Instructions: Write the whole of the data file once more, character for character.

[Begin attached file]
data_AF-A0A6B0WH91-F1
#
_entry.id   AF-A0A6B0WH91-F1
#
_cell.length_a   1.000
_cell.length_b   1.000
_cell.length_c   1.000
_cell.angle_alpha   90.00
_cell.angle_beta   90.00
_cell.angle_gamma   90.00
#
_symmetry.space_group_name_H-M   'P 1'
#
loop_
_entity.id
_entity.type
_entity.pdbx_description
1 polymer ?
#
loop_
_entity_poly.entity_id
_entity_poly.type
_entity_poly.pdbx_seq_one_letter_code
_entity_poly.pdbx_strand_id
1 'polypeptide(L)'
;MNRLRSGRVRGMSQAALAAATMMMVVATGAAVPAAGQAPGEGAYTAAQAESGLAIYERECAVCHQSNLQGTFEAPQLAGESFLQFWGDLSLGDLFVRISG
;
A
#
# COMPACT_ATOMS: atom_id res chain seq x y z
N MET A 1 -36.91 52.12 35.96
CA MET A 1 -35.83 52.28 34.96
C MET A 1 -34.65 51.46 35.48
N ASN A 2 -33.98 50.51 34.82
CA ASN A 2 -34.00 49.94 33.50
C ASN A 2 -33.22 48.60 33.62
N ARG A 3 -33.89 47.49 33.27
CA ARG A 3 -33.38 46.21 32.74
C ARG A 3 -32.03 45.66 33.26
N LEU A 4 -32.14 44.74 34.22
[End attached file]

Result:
data_AF-A0A6B0WH91-F1
#
_entry.id   AF-A0A6B0WH91-F1
#
_cell.length_a   1.000
_cell.length_b   1.000
_cell.length_c   1.000
_cell.angle_alpha   90.00
_cell.angle_beta   90.00
_cell.angle_gamma   90.00
#
_symmetry.space_group_name_H-M   'P 1'
#
loop_
_entity.id
_entity.type
_entity.pdbx_description
1 polymer ?
#
loop_
_entity_poly.entity_id
_entity_poly.type
_entity_poly.pdbx_seq_one_letter_code
_entity_poly.pdbx_strand_id
1 'polypeptide(L)'
;MNRLRSGRVRGMSQAALAAATMMMVVATGAAVPAAGQAPGEGAYTAAQAESGLAIYERECAVCHQSNLQGTFEAPQLAGESFLQFWGDLSLGDLFVRISG
;
A
#
# COMPACT_ATOMS: atom_id res chain seq x y z
N MET A 1 -36.91 52.12 35.96
CA MET A 1 -35.83 52.28 34.96
C MET A 1 -34.65 51.46 35.48
N ASN A 2 -33.98 50.51 34.82
CA ASN A 2 -34.00 49.94 33.50
C ASN A 2 -33.22 48.60 33.62
N ARG A 3 -33.89 47.49 33.27
CA ARG A 3 -33.38 46.21 32.74
C ARG A 3 -32.03 45.66 33.26
N LEU A 4 -32.14 44.74 34.22